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Transistors are electronic devices that perform switching or amplification functions on electrical signals. An audio transistor, in simplest terms, is any transistor intended to work with audio signals. Typically, an audio transistor is an amplification type transistor used to boost weak audio signals, such as in radios, to levels usable by other electronic devices, such as filters, equalizers, other amplifiers, and speakers.
Standard audio transistors are typically NPN-type bipolar junction transistors. They are made of three pieces of either germanium or silicon that have been treated with either a positively or negatively charged material. In an NPN-type audio transistor, two of the pieces are negative and one is positive.
The three pieces of the transistor are then fused together in a line, with the positively charged section sandwiched between two negatively charged sections, creating two junction points. Next, a wire lead attaches to each of the three sections of semiconductor material. Finally, when the entire transistor is coated with an insulting covering that will also help it dissipate heat, the transistor is complete.
One negative piece of semiconductor is the collector of the transistor and is the portion that receives the incoming audio signal. The positive section is the base of the transistor and is where the voltage will be applied that will boost the incoming signal. Finally, the remaining negatively charged section is the transistor’s emitter, and it is from here that the amplified audio signal will pass from the transistor to the rest of the circuitry.
In amplification applications, the transistor receives an audio signal through its collector and a separate signal is applied to its base. The output at the transistor’s emitter will be identical to the collector signal, with the exception that it will increase in power by an amount proportional to the signal applied to the base. Additionally, varying the signal applied to the base will vary the amplification of the audio signal leaving the transistor.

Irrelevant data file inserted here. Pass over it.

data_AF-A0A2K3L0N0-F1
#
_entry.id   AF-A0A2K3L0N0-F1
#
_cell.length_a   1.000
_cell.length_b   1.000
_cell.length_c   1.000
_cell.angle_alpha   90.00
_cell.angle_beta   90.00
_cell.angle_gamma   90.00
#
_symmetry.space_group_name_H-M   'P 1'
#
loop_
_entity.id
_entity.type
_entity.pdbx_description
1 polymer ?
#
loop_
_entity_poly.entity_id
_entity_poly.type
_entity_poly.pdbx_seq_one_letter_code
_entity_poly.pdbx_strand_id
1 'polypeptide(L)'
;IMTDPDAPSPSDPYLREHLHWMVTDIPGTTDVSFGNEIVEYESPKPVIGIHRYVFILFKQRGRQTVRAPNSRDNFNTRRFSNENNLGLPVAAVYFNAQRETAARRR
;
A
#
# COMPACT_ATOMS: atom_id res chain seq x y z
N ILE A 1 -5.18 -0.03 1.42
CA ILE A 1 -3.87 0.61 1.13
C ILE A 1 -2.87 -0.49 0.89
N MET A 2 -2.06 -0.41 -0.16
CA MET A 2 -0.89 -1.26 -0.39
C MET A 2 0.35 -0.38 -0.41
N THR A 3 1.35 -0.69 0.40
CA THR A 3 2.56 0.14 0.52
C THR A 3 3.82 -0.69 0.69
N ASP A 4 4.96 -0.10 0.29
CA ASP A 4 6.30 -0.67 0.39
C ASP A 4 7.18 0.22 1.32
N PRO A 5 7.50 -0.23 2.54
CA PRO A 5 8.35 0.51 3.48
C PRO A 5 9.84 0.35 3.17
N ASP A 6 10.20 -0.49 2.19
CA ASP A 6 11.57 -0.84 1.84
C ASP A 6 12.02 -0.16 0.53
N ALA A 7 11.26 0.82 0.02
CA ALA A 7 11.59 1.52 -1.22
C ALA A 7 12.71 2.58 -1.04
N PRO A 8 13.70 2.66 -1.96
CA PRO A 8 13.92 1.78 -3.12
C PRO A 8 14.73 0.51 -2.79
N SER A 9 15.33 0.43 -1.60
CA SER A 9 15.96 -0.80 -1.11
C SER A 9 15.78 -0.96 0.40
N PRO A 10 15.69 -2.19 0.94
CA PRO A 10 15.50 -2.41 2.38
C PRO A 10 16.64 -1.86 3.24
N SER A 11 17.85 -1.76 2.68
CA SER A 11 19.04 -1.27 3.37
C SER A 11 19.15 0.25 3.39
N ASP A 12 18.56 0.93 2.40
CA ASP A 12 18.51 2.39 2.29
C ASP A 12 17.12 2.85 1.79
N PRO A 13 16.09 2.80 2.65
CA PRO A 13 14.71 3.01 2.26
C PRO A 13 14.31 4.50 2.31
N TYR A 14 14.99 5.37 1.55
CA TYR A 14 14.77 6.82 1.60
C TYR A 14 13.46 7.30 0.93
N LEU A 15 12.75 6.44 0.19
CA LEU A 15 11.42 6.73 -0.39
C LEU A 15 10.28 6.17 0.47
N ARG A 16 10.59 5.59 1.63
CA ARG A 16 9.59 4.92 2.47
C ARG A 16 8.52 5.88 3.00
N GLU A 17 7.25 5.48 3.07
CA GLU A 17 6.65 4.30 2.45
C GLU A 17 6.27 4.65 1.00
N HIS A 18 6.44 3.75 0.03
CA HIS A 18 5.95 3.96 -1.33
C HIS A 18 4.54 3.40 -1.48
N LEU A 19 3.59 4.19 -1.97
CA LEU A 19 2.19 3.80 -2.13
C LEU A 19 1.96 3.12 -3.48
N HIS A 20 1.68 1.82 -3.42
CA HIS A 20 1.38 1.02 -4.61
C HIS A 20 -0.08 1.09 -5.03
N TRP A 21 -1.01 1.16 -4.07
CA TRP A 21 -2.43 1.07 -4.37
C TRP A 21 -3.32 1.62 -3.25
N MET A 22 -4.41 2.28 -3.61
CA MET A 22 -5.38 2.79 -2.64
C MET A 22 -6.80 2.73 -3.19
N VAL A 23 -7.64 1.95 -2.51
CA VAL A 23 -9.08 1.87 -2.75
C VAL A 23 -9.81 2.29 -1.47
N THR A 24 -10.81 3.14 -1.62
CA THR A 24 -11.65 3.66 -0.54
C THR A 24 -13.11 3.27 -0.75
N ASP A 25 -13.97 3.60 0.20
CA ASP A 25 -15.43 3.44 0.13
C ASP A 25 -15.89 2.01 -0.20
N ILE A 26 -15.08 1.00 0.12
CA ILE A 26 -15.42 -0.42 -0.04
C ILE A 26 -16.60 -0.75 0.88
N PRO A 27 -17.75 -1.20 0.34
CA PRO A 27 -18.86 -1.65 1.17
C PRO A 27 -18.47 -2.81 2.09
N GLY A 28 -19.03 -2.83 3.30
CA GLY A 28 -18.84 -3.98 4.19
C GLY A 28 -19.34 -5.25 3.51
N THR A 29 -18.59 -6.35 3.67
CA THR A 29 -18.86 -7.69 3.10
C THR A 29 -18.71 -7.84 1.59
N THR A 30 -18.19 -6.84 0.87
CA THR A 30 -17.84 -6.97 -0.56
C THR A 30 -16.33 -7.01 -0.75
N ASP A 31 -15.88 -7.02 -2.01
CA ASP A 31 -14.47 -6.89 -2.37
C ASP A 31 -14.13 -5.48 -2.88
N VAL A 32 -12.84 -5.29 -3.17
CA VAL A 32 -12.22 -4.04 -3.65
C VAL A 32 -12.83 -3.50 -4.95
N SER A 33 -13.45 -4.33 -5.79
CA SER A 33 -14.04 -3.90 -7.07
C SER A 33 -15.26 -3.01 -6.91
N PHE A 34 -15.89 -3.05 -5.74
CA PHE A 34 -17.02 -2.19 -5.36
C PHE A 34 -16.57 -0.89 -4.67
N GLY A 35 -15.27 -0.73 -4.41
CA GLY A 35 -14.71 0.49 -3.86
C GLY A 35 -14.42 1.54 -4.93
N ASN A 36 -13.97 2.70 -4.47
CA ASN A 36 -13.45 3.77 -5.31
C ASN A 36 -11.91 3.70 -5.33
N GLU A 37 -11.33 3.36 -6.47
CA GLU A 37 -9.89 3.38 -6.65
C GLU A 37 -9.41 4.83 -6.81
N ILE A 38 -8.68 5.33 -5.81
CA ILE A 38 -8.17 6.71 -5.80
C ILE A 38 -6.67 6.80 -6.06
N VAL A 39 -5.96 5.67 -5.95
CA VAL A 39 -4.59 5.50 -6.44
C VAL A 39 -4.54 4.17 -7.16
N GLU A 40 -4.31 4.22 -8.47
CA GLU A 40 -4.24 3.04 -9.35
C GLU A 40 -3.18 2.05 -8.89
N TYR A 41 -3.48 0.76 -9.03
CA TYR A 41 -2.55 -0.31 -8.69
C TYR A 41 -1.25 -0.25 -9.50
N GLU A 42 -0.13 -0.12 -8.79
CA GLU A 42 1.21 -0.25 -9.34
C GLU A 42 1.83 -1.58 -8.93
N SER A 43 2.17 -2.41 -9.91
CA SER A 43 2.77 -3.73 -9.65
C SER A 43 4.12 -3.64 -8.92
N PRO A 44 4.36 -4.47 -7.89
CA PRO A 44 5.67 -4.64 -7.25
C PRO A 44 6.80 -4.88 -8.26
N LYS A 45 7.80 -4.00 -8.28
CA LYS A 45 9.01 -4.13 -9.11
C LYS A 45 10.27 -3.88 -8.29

Transistors can vary in a number of ways. Depending on their design, they can have differing amounts of amplification potential and signal fidelity. Audio transistors tend to be discrete, that is isolated, and have excellent signal fidelity qualities.
There are a number of different types of audio transistors, each performing a given function to process the audio signal. Often, the difference between these types is merely a matter of degrees. For example, one type might amplify an audio signal only to a modest level, such as in a preamplifier, with only enough power to drive a set of headphones.
Another type of audio transistor, a power-audio transistor, boosts that preamp signal to a point capable of driving large loudspeakers. Sometimes, these types of transistors can create a signal that is hundreds of watts in strength, such as in the case of amplifiers used at concerts. Additionally, new types of transistors, such as field transistors with broader ranges of capabilities, are finding roles as audio transistors capable of taking a small signal to the point of driving a speaker.